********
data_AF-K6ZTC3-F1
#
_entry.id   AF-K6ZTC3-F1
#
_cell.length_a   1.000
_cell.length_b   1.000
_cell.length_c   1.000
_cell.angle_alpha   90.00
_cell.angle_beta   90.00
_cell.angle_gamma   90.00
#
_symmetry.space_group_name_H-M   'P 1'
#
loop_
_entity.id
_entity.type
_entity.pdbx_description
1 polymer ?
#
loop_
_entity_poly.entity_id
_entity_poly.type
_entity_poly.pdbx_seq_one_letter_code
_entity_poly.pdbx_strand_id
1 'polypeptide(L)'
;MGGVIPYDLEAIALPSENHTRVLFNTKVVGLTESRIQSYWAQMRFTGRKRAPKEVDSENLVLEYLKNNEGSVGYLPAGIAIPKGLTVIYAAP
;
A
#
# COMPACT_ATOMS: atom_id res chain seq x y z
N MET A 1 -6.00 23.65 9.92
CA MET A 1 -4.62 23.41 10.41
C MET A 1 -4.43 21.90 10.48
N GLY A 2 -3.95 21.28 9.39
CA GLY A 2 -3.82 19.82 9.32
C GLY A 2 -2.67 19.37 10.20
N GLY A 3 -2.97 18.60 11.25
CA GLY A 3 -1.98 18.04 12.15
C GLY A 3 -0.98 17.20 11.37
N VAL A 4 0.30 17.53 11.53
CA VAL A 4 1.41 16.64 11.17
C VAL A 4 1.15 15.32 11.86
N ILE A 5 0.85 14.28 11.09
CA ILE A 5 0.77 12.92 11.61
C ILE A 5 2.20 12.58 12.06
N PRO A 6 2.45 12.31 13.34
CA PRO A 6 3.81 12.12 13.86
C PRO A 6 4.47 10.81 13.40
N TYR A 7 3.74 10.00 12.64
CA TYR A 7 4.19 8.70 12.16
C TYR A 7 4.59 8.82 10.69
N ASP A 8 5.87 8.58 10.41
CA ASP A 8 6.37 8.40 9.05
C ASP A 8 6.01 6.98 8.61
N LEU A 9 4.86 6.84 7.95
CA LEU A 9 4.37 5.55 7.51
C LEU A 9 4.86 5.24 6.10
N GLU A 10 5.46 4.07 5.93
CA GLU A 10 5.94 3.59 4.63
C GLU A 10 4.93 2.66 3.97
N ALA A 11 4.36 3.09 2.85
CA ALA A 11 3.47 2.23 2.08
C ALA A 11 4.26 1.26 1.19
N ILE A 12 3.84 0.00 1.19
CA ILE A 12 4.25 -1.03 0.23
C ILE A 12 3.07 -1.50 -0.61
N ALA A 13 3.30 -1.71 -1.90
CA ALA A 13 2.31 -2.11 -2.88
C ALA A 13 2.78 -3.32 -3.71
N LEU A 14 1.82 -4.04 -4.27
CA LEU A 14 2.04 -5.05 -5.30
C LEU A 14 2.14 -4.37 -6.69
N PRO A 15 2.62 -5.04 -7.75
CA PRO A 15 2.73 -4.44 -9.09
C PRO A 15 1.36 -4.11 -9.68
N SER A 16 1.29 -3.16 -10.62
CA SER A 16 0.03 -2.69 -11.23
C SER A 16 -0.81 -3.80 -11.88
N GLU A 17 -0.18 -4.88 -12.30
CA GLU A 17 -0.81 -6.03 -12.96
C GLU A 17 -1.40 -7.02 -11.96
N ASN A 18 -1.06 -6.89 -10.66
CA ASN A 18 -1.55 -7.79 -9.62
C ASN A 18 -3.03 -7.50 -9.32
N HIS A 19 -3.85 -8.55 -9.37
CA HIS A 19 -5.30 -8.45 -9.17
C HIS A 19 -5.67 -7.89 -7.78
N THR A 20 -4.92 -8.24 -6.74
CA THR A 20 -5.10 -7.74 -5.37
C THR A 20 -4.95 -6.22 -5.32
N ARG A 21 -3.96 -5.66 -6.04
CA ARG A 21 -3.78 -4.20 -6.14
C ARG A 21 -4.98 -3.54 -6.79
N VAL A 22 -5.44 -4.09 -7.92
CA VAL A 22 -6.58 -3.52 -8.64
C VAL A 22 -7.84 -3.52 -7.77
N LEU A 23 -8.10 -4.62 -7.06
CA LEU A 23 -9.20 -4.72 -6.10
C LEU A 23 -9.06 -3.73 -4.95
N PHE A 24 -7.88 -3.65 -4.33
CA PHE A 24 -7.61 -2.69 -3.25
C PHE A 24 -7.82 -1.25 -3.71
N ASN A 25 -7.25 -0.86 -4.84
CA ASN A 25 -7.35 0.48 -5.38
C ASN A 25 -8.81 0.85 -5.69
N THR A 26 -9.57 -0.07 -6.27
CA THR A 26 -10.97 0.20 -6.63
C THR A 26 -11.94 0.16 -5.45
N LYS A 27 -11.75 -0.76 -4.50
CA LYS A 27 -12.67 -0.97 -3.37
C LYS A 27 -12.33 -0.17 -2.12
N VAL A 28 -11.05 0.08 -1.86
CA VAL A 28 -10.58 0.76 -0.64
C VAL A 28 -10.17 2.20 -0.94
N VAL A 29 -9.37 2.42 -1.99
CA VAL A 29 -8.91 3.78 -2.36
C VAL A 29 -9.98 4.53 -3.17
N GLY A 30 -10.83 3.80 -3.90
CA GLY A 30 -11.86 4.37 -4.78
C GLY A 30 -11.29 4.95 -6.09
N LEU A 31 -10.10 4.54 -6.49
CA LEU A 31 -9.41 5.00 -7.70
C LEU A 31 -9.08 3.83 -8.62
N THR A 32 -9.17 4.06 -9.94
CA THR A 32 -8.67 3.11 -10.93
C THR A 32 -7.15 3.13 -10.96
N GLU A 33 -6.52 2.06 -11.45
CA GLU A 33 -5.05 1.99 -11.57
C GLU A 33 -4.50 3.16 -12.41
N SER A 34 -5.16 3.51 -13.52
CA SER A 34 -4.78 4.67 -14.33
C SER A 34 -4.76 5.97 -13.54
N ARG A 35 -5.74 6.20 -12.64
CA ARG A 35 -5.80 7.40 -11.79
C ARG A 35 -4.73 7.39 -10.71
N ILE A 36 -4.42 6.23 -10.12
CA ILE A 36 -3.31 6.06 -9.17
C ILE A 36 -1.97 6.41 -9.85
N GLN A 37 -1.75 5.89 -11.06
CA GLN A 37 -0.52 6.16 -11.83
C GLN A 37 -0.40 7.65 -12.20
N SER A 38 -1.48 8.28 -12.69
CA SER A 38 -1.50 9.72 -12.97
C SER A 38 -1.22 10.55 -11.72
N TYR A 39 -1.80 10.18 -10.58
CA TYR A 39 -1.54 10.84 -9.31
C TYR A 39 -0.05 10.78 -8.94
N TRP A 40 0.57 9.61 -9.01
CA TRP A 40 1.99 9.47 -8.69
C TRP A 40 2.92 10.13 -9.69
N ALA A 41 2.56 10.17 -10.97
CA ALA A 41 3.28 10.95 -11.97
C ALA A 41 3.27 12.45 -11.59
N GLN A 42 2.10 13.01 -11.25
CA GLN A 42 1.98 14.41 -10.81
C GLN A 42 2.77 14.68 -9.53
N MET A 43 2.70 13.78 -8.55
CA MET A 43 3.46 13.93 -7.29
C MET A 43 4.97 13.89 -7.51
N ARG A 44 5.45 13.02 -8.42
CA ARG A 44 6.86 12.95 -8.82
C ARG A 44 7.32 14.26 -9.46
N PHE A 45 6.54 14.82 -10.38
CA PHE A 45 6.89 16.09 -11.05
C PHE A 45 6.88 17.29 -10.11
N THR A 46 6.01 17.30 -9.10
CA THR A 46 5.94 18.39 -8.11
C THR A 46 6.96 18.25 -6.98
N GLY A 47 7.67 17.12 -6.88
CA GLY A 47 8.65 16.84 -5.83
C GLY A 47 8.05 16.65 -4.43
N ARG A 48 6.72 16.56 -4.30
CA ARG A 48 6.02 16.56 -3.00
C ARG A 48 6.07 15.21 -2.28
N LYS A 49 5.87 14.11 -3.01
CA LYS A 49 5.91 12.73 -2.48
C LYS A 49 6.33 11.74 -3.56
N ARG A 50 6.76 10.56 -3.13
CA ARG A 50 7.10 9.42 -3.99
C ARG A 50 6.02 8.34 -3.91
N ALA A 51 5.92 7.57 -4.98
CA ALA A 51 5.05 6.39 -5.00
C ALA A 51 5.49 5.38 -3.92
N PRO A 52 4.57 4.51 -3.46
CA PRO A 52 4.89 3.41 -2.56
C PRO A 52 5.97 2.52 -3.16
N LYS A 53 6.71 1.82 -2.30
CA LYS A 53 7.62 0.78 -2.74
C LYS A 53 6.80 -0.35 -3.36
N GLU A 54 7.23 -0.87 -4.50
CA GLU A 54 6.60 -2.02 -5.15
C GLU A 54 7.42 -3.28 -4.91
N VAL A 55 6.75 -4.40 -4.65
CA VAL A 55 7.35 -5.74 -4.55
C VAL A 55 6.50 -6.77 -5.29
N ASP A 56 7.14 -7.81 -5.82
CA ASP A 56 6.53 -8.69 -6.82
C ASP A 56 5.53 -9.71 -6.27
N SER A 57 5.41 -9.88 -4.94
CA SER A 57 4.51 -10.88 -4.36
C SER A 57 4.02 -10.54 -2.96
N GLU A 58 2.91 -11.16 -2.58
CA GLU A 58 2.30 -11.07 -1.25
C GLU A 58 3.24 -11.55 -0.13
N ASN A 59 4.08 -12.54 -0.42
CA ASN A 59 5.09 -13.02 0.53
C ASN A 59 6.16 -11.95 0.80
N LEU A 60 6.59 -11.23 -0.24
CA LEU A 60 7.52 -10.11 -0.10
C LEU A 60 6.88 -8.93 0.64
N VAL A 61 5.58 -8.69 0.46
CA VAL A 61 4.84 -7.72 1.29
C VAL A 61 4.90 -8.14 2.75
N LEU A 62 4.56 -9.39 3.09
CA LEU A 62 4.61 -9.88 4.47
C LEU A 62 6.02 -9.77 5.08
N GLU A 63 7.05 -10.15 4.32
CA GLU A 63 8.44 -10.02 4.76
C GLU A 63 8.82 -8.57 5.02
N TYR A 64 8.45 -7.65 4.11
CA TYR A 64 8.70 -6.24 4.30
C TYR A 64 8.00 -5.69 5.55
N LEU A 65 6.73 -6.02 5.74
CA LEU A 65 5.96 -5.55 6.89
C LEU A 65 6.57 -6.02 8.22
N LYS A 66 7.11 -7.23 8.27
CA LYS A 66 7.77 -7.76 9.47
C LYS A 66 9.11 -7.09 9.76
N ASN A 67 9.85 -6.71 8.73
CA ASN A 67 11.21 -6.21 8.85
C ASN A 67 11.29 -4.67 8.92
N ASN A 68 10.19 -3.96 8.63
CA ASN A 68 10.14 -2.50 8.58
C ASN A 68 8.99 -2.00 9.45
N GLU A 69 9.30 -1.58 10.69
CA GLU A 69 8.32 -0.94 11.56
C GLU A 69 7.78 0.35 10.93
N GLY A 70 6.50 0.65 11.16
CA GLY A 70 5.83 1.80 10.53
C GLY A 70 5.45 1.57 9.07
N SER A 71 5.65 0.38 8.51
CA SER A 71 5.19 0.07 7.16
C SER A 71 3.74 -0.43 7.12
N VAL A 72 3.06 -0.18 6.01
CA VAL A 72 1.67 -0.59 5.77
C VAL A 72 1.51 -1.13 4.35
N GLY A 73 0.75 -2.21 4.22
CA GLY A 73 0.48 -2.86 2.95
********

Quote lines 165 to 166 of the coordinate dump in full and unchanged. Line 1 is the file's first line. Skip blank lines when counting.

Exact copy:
C PHE A 45 6.88 17.29 -10.11
N THR A 46 6.01 17.30 -9.10